[New-bugs-announce] [issue16031] relative import headaches

James Hutchison report at bugs.python.org
Tue Sep 25 03:07:47 CEST 2012

New submission from James Hutchison:

This might even be a bug I've stumbled upon but I'm listing it as an enhancement for now.

I really feel that relative imports in Python should just work. Regardless of the __name__, I should be able to import below me. Likewise, it should work even if I've already done an import into the symbol table. It adds additional work to us as a developer to have to do some pythonpath or code gymnastics to get something rather trivial working. Additionally, the import errors from circular imports add another challenge to work around. In C/C++ you can force it to import a file once and only once, why can't Python work the same way?

Take the following example set-up:

a's code:
print("in a");
from subModule1 import b

b's code:
print("in b");
from subModule1 import a

test_a.py's code:
from .. import a

startPoint.py is empty, and the __init__.py files are also empty.

If I run a PyDev unit test on test_a.py this is what I get:

Finding files... done.
Importing test modules ... myname: subModule1.tests.test_a
in a
in b
myname: test_a
Traceback (most recent call last):
  File "C:\eclipse\plugins\org.python.pydev_2.6.0.2012062818\pysrc\pydev_runfiles.py", line 432, in __get_module_from_str
    mod = __import__(modname)
  File "C:\myfolder/relativeImportTest/subModule1/tests\test_a.py", line 6, in <module>
    from .. import a
ValueError: Attempted relative import in non-package

Clearly in this case, the exception given doesn't make any sense. I have __init__.py, the error says the relative import line is failing, and the error says it's because I'm in a non-package. Except, I'm in a package. It seems to go through the a_test.py file twice, even though I never explicitly import it. The first time through, I'm clearly in a package. The second time through, my name is NOT __main__ but yet I'm apparently no longer a package, which is where it fails.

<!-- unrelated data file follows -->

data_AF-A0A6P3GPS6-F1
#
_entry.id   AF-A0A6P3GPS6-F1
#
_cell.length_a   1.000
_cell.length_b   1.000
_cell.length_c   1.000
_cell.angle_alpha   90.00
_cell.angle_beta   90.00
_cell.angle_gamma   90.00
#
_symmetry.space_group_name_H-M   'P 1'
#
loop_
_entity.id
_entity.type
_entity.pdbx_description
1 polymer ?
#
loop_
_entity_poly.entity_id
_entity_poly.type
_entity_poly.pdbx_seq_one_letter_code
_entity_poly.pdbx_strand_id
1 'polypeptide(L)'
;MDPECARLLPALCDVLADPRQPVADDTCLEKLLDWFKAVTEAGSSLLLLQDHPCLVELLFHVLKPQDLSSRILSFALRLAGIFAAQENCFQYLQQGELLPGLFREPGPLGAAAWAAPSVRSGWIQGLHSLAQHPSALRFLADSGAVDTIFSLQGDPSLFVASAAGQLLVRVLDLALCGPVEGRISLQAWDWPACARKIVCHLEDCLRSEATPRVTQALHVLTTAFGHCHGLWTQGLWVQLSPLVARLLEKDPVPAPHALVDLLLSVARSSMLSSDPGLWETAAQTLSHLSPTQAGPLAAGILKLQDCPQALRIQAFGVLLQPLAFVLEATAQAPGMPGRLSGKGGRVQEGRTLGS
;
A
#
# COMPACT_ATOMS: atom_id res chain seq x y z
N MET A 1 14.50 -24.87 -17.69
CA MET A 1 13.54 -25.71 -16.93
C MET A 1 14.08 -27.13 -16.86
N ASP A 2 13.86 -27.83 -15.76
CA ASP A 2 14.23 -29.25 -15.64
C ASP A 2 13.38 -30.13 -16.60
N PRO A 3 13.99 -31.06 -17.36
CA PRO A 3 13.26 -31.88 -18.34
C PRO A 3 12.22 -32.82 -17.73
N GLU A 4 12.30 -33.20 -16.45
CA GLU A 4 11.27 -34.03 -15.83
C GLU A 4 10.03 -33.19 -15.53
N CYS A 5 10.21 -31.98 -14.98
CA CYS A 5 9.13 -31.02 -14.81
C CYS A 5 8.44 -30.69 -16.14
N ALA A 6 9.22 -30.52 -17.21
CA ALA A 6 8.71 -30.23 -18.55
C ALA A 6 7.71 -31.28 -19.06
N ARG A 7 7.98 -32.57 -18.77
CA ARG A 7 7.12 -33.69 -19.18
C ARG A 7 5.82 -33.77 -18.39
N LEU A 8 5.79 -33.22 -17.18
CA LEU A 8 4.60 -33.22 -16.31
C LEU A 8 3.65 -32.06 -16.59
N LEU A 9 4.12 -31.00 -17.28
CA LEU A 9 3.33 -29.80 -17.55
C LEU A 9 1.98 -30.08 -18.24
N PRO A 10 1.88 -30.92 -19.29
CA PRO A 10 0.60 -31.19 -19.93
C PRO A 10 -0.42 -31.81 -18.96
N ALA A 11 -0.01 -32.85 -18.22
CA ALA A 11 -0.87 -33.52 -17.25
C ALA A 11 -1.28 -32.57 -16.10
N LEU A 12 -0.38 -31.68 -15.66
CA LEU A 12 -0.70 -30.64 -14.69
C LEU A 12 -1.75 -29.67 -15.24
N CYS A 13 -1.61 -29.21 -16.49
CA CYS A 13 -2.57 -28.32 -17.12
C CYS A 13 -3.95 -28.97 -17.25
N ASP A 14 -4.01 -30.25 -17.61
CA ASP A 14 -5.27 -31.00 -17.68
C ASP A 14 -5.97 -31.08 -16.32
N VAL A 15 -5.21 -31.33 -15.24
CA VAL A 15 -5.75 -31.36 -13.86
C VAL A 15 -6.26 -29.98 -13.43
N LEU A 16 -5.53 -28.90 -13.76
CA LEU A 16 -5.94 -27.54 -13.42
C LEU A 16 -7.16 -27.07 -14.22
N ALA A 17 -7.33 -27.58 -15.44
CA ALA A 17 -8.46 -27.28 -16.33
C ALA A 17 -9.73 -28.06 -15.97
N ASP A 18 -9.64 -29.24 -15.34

Now if I change:
"from subModule1 import b" to "import subModule1.b"
"from subModule1 import a" to "import subModule1.a"

then everything works. But then that means I have to reference everything by the full name in my submodules. In this example, there's clearly a circular reference between a and b that wouldn't work anyways.

So lets change some things.

import subModule1.b

from subModule1 import a

Now the circular reference is gone between a and b. I really don't like having to do this as a means to work around a circular reference because it forces me to vary the import style of one file to another.

If we try the test code again however, it gets the same problem. If I swap which file does the relative import, then it works.

So lets make one last change:

import subModule1.b # added
from .. import a

This will work, seemingly magically. It only runs the code in test_a.py once. Recall that the code in a.py is "import subModule1.b"

So basically this brings up several issues:
1. "import a.b" isn't the same as "from a import b" by more than how you reference it in the code
2. submodules are re-imported as non-module without ever importing them if you import their parent module relatively. If this is documented I don't know where.
3. import order can matter drastically to if a code runs or not for seemingly magical reasons.

And back when I was a beginner Python user, the naming convention of the full path really threw a monkey wrench in my code when I would try to move a select number of files from one project to another, or would try relative imports. If relative imports cause such headaches with circular references then I should generally stick to the full module path when referencing things. But if the full module path isn't portable then I should use relative imports.

Likewise, if I run as a PyDev unitTest, my module name is NOT __main__, so special path checks for __main__ won't work

I think the bottom line is that the import system gave me headaches as a beginner user and as an advanced user it still does every now and then so it really should be changed to something more intuitive or forgiving. I really shouldn't have to sit and think "how do I reference a function in the file just one directory level below mine?"

If there is already some magic bullet for this then it should probably be more visible.

components: Interpreter Core
messages: 171208
nosy: Jimbofbx
priority: normal
severity: normal
status: open
title: relative import headaches
type: enhancement
versions: Python 3.2

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